How to Buy a Used Camera Lens Without Wasting Your Money


Getting a used lens can be a little nerve racking. I have to admit I have tried to avoid it. But when I asked if anyone had had good experiences in buying a used camera lens, our Light Stalking community on Twitter said they were surprisingly happy to flesh out their lens collections with used lenses. We put out the challenge to them to tell us how to buy a used lens without wasting our money or getting ripped off. Here is what they had to say.

My new len


Photo by Chenta.

Testing the Lens

Not surprisingly, the majority of Light Stalking’s Twitter buddies sent in tips about getting the lens in your own hands and testing and checking it. Their advice centred around thoroughly testing out the camera and involved a few tricks for doing that easily and well.

  • Check that the focusing is smooth but not loose. Also check that the aperture stops down correctly.
  • Check aperture blades for dirt or excessive oil. (Peter Dixie Photography, Twitter: @PeterDixie)
  • Bring a laptop with you so you can check full scale pictures for imperfections caused by the lens. (Ilan Bresler Photography, Twitter: @IlanBr)
  • Stressing that you're not a pro or only want to shoot your kids with it will usually get you a discount. ( Gutter Vomit (best site name ever?), Twitter: @helloluis)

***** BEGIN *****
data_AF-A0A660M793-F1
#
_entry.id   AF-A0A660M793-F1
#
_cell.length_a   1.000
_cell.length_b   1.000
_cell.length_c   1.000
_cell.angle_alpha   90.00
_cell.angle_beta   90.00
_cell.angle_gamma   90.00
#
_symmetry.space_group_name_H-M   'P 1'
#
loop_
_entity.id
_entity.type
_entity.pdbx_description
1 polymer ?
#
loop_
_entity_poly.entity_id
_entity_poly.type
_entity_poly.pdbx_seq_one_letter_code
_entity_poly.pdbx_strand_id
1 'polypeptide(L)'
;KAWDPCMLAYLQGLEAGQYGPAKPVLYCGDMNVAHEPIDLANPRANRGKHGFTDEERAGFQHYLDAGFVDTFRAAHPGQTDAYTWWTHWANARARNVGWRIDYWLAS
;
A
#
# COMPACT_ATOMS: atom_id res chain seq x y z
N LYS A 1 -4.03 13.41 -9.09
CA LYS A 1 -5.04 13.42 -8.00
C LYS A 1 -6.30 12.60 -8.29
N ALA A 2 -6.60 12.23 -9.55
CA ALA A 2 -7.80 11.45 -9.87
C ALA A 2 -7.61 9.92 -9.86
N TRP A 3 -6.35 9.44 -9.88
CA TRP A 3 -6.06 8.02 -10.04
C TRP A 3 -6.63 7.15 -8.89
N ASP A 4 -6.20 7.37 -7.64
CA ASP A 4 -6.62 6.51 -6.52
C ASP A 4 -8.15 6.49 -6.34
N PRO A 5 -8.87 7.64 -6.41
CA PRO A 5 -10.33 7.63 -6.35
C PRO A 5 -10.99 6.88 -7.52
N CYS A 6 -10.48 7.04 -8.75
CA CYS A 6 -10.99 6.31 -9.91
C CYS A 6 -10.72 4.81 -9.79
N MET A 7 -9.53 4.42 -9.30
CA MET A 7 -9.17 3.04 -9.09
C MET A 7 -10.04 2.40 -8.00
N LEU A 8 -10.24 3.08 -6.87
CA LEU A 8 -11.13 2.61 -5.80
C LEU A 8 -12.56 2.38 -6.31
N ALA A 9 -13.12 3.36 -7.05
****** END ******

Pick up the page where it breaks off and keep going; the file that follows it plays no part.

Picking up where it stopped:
• Don’t get a lens that has never been used as there may be problems with the the shutters freezing up. (Echos of Nicole,  Twitter: @ohlawdy)
  • Make sure the lens works on a body and there are no marks on the glass. And check that all the rings turn freely! (Chadwick Fowler Photography, Twitter: @chadwickfowler)
  • Remember to test the focus in both manual and automatic. (Kulay Photography, Twitter: @kulayphoto)
  • Examine the lens for fungus. (Hotel Yankee Foxtrot, Twitter: @YankeeFoxtrot)
  • An absolute must is to actually get the lens in your hand and use it on your camera because there’s no other way to truly know if it’s good. (Eli Gray Imaging, Twitter: @eilgray)
  • Avoid any lens which looks as if it may have been dropped.
  • Turn the lens in the light to check for imperfections.